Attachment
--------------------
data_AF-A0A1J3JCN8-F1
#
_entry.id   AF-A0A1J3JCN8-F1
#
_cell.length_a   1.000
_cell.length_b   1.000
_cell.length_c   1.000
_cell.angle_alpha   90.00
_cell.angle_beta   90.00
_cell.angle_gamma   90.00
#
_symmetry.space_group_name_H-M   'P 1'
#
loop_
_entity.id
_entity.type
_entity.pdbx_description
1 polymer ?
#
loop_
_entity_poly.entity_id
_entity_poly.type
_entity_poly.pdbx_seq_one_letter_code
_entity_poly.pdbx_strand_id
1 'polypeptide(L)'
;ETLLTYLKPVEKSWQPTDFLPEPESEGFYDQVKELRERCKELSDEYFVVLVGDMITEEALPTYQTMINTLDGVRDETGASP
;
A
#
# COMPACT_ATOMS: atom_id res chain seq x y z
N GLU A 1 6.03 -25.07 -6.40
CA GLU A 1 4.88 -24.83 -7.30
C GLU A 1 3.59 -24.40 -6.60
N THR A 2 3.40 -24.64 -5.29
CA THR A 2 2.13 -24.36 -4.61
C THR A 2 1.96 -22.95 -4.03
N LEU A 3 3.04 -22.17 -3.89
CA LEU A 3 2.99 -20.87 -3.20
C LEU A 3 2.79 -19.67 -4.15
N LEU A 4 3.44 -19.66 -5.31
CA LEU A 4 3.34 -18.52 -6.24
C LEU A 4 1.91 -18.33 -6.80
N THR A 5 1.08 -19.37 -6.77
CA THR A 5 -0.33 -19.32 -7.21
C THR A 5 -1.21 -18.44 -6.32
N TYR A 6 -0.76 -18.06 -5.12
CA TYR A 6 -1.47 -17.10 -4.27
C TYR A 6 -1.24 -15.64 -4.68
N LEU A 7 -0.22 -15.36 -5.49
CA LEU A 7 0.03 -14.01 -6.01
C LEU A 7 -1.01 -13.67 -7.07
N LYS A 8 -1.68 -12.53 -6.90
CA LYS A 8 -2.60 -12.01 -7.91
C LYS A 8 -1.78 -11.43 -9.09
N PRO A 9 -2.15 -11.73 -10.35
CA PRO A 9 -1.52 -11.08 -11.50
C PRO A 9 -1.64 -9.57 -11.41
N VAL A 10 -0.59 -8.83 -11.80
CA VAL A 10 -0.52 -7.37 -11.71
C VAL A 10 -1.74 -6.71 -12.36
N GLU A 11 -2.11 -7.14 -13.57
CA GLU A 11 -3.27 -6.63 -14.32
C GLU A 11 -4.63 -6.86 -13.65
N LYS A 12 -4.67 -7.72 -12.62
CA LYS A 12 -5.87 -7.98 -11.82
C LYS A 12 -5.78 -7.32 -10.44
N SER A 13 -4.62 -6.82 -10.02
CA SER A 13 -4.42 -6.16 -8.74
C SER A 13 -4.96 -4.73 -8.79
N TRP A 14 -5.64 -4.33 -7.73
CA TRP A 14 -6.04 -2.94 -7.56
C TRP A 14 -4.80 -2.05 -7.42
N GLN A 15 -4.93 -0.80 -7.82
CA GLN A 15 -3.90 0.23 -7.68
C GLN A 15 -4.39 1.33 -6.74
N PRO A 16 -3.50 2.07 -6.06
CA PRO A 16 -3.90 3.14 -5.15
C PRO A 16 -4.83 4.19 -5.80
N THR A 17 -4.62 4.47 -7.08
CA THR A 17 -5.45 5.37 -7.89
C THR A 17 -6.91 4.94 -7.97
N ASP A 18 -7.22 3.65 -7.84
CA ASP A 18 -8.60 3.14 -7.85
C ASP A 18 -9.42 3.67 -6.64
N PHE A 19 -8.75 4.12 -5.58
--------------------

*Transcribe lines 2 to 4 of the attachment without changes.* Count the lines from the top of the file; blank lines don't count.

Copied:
#
_entry.id   AF-A0A1J3JCN8-F1
#